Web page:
(In human terms – .027 watts of battery to a normal phone).
As for solar – this same amount of energy creation would only be possible with a physically large panel that will exceed the width of the cell phone. This is just the way it is until developers can find a way to get the same amount of wattage in a more compact design.
Note – You can absolutely utilize the solar power sources to charge your phone, just keep in mind they probably won’t fit in your pocket and you’ll need to find a convenient place to charge them in direct light while you’re at work or busy.
Best Solar Powered Charging Panels for Your Cell Phone
If you’re an outdoors lover or on the go in the sun often, you should consider an eco-friendlier way of charging your phone that won’t leave you desperate to find a wall outlet.
This can be a real game changer if you’re out in the desert or hiking daily. Let your charger do the work and don’t feel locked into the requirements of modern man (aka – bound to electricity). Even if you’re an indoor lover but just want to do something to minimize your power-absorption and carbon footprint, these are wonderful alternatives to consider.
Some of the top-rated panels for charging your phone through solar energy include:
- BigBlue 3 Solar Charger – Big blue folds up beautifully for on-the-go! With four high-functioning panels, this is an affordable option with 3 USBs so you can multi-charge. Users seem to love it with over 200 reviews and a 4-star rating. With Amazon prime shipping, what’s not to love? BigBlue is available on Amazon.
- Anker 21W Dual USB Solar Charger – This bad boy folds up with an opened span of about 1.5 feet. This is a lot of surface area to collect those rays and store them for environmentally friendly power! Very lightweight as well so this is perfect for hiking or camping trips with the family. Purchase yours from Amazon – Anker Solar Power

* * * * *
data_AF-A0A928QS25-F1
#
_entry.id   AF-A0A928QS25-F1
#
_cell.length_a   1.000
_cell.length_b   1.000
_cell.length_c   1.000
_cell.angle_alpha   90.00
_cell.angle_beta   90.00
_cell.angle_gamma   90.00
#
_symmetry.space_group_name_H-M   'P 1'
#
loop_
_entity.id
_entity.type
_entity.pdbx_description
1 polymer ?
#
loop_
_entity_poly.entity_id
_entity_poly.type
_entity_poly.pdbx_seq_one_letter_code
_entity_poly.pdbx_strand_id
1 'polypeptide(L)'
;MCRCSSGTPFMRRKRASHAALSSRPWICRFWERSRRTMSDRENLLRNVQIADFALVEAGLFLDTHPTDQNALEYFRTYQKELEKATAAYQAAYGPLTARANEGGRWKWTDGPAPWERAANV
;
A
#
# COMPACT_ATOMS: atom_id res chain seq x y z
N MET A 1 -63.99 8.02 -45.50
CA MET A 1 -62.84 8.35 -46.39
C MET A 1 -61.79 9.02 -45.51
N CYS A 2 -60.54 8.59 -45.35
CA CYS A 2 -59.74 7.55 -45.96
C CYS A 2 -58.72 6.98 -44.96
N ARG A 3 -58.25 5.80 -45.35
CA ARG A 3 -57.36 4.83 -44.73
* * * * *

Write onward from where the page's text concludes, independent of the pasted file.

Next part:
- Blavor – For the most affordable option of the bunch, the Blavor is a solar power bank which includes a flashlight and compass, as well as attachments to charge by cord. A great investment for beginners into the world of solar magic! Check out the 4.5-star rating from over 1,200 purchasers and reviewers. Purchase from Amazon here – Blavor
When shopping, search for a charger which will have around 7 watts to charge a smartphone (as listed in the insane math above, this is usually the average amount of watts for a cellphone). If it’s higher than this, you may be able to throw your iPad on top of the charging panel along with the phone! If this appeals to you, pay a bit more to get the higher wattage, it will be worth it to you.
We do have some amazing progressions that are finally at our fingertips, but what about that solar powered cell phone that can charge itself and won’t require a separate panel?
When Will it Happen?
This is a hard question to answer. Being that there are so many solar-powered panel chargers for your cell phone, I feel it’s only a matter of time before they consolidate that to being 100% attached to the phone.
Researchers believe it’s anywhere from 5-30 years away for a fully functional and fast charging solar powered cell phone that is not the size of the Rio Grande.
But who can say since the creation of solar powered energy was first discovered nearly 140 years ago! One would believe it would be in every household and business by now but look at how opposite-of-mainstream it still remains.
The International Energy Agency (IEA) is not quite optimistic with their take on the scenario being that solar electricity will be at 16% by 2050, according to The Guardian .
There has been an undeniable amount of progress considering that sixty years ago, the price per watt of solar panels was nearly $2,000 apiece. Today, solar companies are charging around $0.75 per watt, so it’s clearly gaining traction, even if only little by little.
It will take a shift from the higher-ups that decide how to make eco-friendly power sources more affordable than fossil fuels which we are consuming at a dangerously rapid rate. The pricing of regional carbon would deflate the competition from fossil fuels, but this is something that feels out of the control of the average consumers. Some argue that solar energy will not solve our energy issues alone, but it sure seems like a wonderful place to start!
This article is owned by SolarPowerGenie.com and was first published on October 8, 2019
Title photo by Vaishnav Chogale on Unsplash
This article is owned by SolarPowerGenie.com and was first published on October 8, 2019